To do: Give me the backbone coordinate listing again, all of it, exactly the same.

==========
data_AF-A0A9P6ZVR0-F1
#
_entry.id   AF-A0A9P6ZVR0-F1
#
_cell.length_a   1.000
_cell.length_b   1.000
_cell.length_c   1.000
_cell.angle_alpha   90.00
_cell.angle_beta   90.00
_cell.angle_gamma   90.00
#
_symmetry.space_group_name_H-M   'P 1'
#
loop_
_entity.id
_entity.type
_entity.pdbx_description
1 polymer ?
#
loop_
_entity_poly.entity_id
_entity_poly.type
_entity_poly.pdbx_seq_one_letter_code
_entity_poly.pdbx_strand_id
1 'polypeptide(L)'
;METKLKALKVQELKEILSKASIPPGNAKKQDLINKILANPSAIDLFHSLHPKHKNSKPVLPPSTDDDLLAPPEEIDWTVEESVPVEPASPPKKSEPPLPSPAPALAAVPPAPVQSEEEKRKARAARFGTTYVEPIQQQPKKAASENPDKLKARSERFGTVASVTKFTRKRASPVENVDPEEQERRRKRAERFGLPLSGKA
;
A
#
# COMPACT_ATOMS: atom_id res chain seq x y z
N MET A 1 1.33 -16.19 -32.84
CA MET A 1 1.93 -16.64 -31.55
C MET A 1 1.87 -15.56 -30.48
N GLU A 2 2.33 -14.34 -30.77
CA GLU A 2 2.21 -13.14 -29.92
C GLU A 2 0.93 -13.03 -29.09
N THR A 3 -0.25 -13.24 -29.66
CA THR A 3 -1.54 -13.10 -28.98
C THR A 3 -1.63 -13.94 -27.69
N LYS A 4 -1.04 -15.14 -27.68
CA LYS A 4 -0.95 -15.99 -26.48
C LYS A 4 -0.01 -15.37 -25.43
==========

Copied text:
data_AF-A0A9P6ZVR0-F1
#
_entry.id   AF-A0A9P6ZVR0-F1
#
_cell.length_a   1.000
_cell.length_b   1.000
_cell.length_c   1.000
_cell.angle_alpha   90.00
_cell.angle_beta   90.00
_cell.angle_gamma   90.00
#
_symmetry.space_group_name_H-M   'P 1'
#
loop_
_entity.id
_entity.type
_entity.pdbx_description
1 polymer ?
#
loop_
_entity_poly.entity_id
_entity_poly.type
_entity_poly.pdbx_seq_one_letter_code
_entity_poly.pdbx_strand_id
1 'polypeptide(L)'
;METKLKALKVQELKEILSKASIPPGNAKKQDLINKILANPSAIDLFHSLHPKHKNSKPVLPPSTDDDLLAPPEEIDWTVEESVPVEPASPPKKSEPPLPSPAPALAAVPPAPVQSEEEKRKARAARFGTTYVEPIQQQPKKAASENPDKLKARSERFGTVASVTKFTRKRASPVENVDPEEQERRRKRAERFGLPLSGKA
;
A
#
# COMPACT_ATOMS: atom_id res chain seq x y z
N MET A 1 1.33 -16.19 -32.84
CA MET A 1 1.93 -16.64 -31.55
C MET A 1 1.87 -15.56 -30.48
N GLU A 2 2.33 -14.34 -30.77
CA GLU A 2 2.21 -13.14 -29.92
C GLU A 2 0.93 -13.03 -29.09
N THR A 3 -0.25 -13.24 -29.66
CA THR A 3 -1.54 -13.10 -28.98
C THR A 3 -1.63 -13.94 -27.69
N LYS A 4 -1.04 -15.14 -27.68
CA LYS A 4 -0.95 -15.99 -26.48
C LYS A 4 -0.01 -15.37 -25.43